WOCNEC students in a foot and nail care clinic at Wesley Woods Towers

When Emory's continuing education (CE) program in the Wound, Ostomy, and Continence Nursing Education Center (WOCNEC) migrated from the Department of Surgery to the School of Nursing last fall, the school became home to one of the best CE programs of its kind in the nation, with an annual enrollment of more than 250 nurses from this country and abroad.

The program originated in the 1970s under the direction of the late Emory surgeon, Bill McGarity, who helped pioneer the profession of enterostomal therapy, which evolved into a nursing specialty eventually known as wound, ostomy, and continence care.

Rose Murphree  

A postbaccalaureate degree certificate program for RNs, WOCNEC is offered in three formats: online (by far the most popular), a traditional 10-week on-site program, and a split option of traditional and online. Rose Murphree became WOCNEC director in April after the retirement of Dorothy Doughty, who directed the program for more than 30 years.

WOCNEC marks the nursing school's first online CE offering to help meet the demands of today's health care climate, says Murphree.

"Patients in acute-care settings are sicker and have more issues," she says. "With shorter hospital stays, patients are being placed into home care or long-term acute care settings. These health care agencies need nurses who are strong in promoting wound, continence, and ostomy care outcomes for these individuals across the health care continuum. Our program helps open doors for our graduates to fill this growing need." Read more.Pam Auchmutey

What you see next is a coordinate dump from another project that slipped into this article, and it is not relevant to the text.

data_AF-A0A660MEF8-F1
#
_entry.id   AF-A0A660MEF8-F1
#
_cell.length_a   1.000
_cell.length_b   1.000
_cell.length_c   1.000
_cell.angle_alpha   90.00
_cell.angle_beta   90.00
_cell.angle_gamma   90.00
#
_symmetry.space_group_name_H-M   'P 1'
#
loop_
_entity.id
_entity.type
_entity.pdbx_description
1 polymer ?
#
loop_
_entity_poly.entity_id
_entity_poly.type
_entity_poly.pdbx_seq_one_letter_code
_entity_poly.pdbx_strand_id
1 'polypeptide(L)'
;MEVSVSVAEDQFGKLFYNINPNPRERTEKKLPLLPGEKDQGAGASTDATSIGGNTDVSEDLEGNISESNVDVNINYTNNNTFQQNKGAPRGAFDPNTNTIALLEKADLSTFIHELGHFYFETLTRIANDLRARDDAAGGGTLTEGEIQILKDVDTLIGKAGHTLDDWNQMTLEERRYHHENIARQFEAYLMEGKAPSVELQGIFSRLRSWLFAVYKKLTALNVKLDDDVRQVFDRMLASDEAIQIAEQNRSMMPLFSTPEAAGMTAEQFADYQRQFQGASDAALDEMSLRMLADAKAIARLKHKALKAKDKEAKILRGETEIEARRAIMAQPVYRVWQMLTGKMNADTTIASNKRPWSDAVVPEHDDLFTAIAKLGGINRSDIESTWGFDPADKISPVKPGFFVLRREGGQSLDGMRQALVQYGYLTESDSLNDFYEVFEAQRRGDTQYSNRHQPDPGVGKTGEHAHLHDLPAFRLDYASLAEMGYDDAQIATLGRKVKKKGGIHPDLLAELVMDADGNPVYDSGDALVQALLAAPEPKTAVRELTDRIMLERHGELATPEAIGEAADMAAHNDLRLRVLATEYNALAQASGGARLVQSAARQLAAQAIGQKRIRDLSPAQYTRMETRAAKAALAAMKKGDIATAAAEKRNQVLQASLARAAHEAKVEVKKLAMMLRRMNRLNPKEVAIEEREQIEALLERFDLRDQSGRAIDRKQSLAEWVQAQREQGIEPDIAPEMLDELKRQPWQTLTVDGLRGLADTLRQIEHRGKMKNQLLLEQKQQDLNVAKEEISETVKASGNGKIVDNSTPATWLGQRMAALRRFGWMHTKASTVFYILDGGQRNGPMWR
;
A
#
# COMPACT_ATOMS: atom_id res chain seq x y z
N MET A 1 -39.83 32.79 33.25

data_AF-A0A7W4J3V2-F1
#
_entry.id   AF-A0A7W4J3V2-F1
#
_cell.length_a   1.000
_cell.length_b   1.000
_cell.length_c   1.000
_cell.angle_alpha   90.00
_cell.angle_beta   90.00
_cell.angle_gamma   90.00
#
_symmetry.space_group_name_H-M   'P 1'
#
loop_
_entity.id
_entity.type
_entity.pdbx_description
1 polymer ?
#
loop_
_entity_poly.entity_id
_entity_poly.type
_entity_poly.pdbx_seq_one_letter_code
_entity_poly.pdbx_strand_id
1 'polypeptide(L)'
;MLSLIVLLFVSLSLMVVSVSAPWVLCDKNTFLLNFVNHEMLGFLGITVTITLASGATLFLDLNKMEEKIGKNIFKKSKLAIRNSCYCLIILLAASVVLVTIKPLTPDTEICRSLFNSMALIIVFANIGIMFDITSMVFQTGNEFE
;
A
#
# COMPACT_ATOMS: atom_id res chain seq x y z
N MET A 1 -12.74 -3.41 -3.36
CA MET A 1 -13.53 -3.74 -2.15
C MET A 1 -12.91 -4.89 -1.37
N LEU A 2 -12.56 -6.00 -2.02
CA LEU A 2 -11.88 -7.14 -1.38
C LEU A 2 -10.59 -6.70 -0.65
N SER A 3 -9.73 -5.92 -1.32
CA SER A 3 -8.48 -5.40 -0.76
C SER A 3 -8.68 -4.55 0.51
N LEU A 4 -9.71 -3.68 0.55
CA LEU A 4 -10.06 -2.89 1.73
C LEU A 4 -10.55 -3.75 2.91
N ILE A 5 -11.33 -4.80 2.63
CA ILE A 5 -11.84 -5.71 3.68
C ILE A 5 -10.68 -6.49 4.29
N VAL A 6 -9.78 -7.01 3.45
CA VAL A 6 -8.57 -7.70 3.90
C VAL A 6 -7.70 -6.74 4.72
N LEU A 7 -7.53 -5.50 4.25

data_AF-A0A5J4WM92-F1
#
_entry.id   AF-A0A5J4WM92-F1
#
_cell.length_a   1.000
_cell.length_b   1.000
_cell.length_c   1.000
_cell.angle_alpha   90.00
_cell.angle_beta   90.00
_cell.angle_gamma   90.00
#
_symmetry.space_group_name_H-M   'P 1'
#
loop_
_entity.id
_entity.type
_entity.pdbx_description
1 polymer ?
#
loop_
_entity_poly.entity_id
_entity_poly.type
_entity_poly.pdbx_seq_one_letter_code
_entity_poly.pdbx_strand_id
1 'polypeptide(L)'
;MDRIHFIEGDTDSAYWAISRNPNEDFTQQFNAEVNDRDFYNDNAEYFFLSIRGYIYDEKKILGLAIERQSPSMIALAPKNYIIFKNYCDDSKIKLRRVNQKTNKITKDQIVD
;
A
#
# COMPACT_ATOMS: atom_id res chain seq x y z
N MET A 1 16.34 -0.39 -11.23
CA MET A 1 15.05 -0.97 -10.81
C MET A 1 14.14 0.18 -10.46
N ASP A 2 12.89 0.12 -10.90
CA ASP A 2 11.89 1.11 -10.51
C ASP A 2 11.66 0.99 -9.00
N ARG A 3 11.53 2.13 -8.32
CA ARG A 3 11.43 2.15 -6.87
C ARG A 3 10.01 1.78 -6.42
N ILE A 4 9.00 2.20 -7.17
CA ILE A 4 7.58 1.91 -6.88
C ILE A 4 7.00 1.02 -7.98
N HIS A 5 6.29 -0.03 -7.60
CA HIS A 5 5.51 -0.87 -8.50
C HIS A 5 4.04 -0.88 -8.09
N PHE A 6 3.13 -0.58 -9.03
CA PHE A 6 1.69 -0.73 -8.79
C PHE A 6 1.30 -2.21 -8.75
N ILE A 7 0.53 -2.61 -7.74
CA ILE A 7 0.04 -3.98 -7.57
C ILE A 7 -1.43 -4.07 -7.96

Better containers in the brain for treating Parkinson's


In a recent PNAS paper, Gary Miller and colleagues at Rollins School of Public Health outlined what could be described as a potential "Container Store" therapeutic approach to Parkinson's disease. Problems in Parkinson's can be traced back to a lack of effective containers for dopamine.

In patients with Parkinson's, brain cells that produce dopamine are dying, so neurologists treat them with drugs that help the remaining dopamine-producing cells produce more dopamine or that serve as a substitute for it.

Gary Miller  

But having dopamine floating around inside cells is actually stressful for them. The dopamine is unstable and can damage the cell's machinery.

Miller's team has been studying a protein called VMAT2. It packages dopamine into membrane-clothed bags called vesicles. The vesicles sequester the dopamine in a safe container before it is spritzed outside to do its job of signaling to other brain cells.

Researchers already knew that having inadequate levels of VMAT2 leads to a Parkinson's-like condition in mice. But until this paper, nobody had looked at what happens if mice are forced to make more VMAT2 than usual.